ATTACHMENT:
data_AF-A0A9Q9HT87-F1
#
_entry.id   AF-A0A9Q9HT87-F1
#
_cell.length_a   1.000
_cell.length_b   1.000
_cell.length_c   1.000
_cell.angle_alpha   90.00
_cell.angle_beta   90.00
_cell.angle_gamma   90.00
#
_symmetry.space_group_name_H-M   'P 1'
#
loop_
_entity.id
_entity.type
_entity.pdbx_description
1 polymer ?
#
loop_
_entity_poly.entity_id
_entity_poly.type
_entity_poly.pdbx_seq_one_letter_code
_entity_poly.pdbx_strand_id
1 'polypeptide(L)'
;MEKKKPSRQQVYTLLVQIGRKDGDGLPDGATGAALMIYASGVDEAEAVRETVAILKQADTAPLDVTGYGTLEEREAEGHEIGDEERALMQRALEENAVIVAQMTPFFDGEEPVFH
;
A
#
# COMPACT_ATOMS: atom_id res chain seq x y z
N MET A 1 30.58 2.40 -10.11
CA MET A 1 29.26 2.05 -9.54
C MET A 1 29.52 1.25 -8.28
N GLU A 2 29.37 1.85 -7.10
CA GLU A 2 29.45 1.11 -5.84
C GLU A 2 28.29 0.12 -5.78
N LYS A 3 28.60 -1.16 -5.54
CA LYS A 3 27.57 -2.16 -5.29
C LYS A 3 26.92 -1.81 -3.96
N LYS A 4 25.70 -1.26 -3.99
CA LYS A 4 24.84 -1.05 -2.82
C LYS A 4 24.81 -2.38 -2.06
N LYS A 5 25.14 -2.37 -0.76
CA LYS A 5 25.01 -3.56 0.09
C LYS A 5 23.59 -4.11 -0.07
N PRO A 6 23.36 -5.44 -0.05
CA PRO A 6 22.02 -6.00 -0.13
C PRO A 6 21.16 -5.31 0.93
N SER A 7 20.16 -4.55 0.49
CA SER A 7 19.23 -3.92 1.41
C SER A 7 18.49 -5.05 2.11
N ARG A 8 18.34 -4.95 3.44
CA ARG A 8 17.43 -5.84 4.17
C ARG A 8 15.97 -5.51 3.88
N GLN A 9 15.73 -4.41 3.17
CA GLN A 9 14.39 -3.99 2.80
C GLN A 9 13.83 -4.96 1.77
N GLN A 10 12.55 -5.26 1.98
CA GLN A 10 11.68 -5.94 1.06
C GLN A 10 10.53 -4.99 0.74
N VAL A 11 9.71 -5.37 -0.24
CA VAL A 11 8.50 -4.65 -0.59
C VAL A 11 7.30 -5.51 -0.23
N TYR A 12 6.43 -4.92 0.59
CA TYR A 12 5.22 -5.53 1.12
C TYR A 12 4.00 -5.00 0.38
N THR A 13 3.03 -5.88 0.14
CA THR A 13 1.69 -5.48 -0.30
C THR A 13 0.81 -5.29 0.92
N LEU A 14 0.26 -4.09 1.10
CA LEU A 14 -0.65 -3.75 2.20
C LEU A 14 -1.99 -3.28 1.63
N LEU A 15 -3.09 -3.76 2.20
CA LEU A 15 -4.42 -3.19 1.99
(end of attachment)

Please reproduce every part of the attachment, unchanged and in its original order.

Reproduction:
data_AF-A0A9Q9HT87-F1
#
_entry.id   AF-A0A9Q9HT87-F1
#
_cell.length_a   1.000
_cell.length_b   1.000
_cell.length_c   1.000
_cell.angle_alpha   90.00
_cell.angle_beta   90.00
_cell.angle_gamma   90.00
#
_symmetry.space_group_name_H-M   'P 1'
#
loop_
_entity.id
_entity.type
_entity.pdbx_description
1 polymer ?
#
loop_
_entity_poly.entity_id
_entity_poly.type
_entity_poly.pdbx_seq_one_letter_code
_entity_poly.pdbx_strand_id
1 'polypeptide(L)'
;MEKKKPSRQQVYTLLVQIGRKDGDGLPDGATGAALMIYASGVDEAEAVRETVAILKQADTAPLDVTGYGTLEEREAEGHEIGDEERALMQRALEENAVIVAQMTPFFDGEEPVFH
;
A
#
# COMPACT_ATOMS: atom_id res chain seq x y z
N MET A 1 30.58 2.40 -10.11
CA MET A 1 29.26 2.05 -9.54
C MET A 1 29.52 1.25 -8.28
N GLU A 2 29.37 1.85 -7.10
CA GLU A 2 29.45 1.11 -5.84
C GLU A 2 28.29 0.12 -5.78
N LYS A 3 28.60 -1.16 -5.54
CA LYS A 3 27.57 -2.16 -5.29
C LYS A 3 26.92 -1.81 -3.96
N LYS A 4 25.70 -1.26 -3.99
CA LYS A 4 24.84 -1.05 -2.82
C LYS A 4 24.81 -2.38 -2.06
N LYS A 5 25.14 -2.37 -0.76
CA LYS A 5 25.01 -3.56 0.09
C LYS A 5 23.59 -4.11 -0.07
N PRO A 6 23.36 -5.44 -0.05
CA PRO A 6 22.02 -6.00 -0.13
C PRO A 6 21.16 -5.31 0.93
N SER A 7 20.16 -4.55 0.49
CA SER A 7 19.23 -3.92 1.41
C SER A 7 18.49 -5.05 2.11
N ARG A 8 18.34 -4.95 3.44
CA ARG A 8 17.43 -5.84 4.17
C ARG A 8 15.97 -5.51 3.88
N GLN A 9 15.73 -4.41 3.17
CA GLN A 9 14.39 -3.99 2.80
C GLN A 9 13.83 -4.96 1.77
N GLN A 10 12.55 -5.26 1.98
CA GLN A 10 11.68 -5.94 1.06
C GLN A 10 10.53 -4.99 0.74
N VAL A 11 9.71 -5.37 -0.24
CA VAL A 11 8.50 -4.65 -0.59
C VAL A 11 7.30 -5.51 -0.23
N TYR A 12 6.43 -4.92 0.59
CA TYR A 12 5.22 -5.53 1.12
C TYR A 12 4.00 -5.00 0.38
N THR A 13 3.03 -5.88 0.14
CA THR A 13 1.69 -5.48 -0.30
C THR A 13 0.81 -5.29 0.92
N LEU A 14 0.26 -4.09 1.10
CA LEU A 14 -0.65 -3.75 2.20
C LEU A 14 -1.99 -3.28 1.63
N LEU A 15 -3.09 -3.76 2.20
CA LEU A 15 -4.42 -3.19 1.99